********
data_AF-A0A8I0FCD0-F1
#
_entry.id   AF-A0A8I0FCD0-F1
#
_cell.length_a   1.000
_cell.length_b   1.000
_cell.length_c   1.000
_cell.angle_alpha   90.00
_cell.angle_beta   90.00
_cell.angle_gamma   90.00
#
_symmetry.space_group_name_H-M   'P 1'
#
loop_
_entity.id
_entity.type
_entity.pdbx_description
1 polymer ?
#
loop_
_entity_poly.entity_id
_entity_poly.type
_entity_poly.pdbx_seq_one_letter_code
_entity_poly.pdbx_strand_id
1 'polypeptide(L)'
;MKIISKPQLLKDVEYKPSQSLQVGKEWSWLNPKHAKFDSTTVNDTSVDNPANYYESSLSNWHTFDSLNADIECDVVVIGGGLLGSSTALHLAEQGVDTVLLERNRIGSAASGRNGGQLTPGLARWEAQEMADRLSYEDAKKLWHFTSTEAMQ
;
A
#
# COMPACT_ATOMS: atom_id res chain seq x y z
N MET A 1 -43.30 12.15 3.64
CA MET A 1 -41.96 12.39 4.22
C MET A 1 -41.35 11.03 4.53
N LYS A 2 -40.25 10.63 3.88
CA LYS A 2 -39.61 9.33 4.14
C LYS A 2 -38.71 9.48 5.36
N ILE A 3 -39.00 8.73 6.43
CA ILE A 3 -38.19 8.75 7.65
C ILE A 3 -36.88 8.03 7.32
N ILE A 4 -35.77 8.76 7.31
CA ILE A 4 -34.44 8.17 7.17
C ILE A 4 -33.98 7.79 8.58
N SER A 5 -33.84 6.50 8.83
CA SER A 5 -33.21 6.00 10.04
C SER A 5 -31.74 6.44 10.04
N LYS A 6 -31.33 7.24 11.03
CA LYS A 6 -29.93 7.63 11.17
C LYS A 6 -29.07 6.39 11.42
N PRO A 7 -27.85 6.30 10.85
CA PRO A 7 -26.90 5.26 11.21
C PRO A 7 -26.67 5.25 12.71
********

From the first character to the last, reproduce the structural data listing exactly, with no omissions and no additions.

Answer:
data_AF-A0A8I0FCD0-F1
#
_entry.id   AF-A0A8I0FCD0-F1
#
_cell.length_a   1.000
_cell.length_b   1.000
_cell.length_c   1.000
_cell.angle_alpha   90.00
_cell.angle_beta   90.00
_cell.angle_gamma   90.00
#
_symmetry.space_group_name_H-M   'P 1'
#
loop_
_entity.id
_entity.type
_entity.pdbx_description
1 polymer ?
#
loop_
_entity_poly.entity_id
_entity_poly.type
_entity_poly.pdbx_seq_one_letter_code
_entity_poly.pdbx_strand_id
1 'polypeptide(L)'
;MKIISKPQLLKDVEYKPSQSLQVGKEWSWLNPKHAKFDSTTVNDTSVDNPANYYESSLSNWHTFDSLNADIECDVVVIGGGLLGSSTALHLAEQGVDTVLLERNRIGSAASGRNGGQLTPGLARWEAQEMADRLSYEDAKKLWHFTSTEAMQ
;
A
#
# COMPACT_ATOMS: atom_id res chain seq x y z
N MET A 1 -43.30 12.15 3.64
CA MET A 1 -41.96 12.39 4.22
C MET A 1 -41.35 11.03 4.53
N LYS A 2 -40.25 10.63 3.88
CA LYS A 2 -39.61 9.33 4.14
C LYS A 2 -38.71 9.48 5.36
N ILE A 3 -39.00 8.73 6.43
CA ILE A 3 -38.19 8.75 7.65
C ILE A 3 -36.88 8.03 7.32
N ILE A 4 -35.77 8.76 7.31
CA ILE A 4 -34.44 8.17 7.17
C ILE A 4 -33.98 7.79 8.58
N SER A 5 -33.84 6.50 8.83
CA SER A 5 -33.21 6.00 10.04
C SER A 5 -31.74 6.44 10.04
N LYS A 6 -31.33 7.24 11.03
CA LYS A 6 -29.93 7.63 11.17
C LYS A 6 -29.07 6.39 11.42
N PRO A 7 -27.85 6.30 10.85
CA PRO A 7 -26.90 5.26 11.21
C PRO A 7 -26.67 5.25 12.71